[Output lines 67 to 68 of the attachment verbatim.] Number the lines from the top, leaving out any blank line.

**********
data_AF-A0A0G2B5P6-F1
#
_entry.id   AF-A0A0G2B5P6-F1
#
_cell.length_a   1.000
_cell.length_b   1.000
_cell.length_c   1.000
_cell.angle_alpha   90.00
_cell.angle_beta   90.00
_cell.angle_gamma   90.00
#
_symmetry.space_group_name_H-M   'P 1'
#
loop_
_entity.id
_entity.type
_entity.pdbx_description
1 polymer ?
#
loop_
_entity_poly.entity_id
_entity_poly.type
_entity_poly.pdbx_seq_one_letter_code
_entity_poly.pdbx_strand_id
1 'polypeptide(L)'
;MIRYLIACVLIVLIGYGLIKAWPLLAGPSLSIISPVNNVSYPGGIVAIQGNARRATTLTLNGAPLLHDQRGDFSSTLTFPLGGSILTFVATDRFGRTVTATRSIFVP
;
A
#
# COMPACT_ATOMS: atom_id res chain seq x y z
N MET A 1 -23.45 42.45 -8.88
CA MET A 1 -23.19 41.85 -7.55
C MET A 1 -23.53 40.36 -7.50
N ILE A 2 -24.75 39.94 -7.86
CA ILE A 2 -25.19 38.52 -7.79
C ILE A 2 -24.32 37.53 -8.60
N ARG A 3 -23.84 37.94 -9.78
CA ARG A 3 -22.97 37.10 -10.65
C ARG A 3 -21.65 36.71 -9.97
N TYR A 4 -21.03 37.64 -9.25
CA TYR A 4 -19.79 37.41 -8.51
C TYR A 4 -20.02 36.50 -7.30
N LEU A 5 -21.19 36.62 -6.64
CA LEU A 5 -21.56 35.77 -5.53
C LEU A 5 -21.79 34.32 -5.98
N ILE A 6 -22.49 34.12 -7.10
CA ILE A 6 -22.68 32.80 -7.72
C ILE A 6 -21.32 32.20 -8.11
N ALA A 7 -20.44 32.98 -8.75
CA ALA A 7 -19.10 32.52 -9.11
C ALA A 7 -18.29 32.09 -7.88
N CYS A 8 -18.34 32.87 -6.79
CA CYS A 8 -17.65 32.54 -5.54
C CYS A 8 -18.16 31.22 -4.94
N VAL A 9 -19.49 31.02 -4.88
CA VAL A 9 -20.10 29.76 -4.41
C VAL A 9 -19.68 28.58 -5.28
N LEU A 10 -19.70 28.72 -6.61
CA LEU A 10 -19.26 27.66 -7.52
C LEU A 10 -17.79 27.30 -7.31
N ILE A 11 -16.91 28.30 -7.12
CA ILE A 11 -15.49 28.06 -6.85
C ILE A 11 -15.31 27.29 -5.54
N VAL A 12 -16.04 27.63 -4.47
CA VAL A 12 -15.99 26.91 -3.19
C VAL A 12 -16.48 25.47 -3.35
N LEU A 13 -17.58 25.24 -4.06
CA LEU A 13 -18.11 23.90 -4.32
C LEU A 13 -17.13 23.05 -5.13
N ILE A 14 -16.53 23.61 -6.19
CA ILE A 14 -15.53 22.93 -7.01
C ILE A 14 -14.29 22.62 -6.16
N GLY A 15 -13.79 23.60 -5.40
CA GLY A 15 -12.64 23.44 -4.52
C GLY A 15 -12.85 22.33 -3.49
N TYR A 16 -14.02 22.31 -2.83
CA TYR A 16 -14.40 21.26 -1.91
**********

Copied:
N LEU A 13 -17.58 25.24 -4.06
CA LEU A 13 -18.11 23.90 -4.32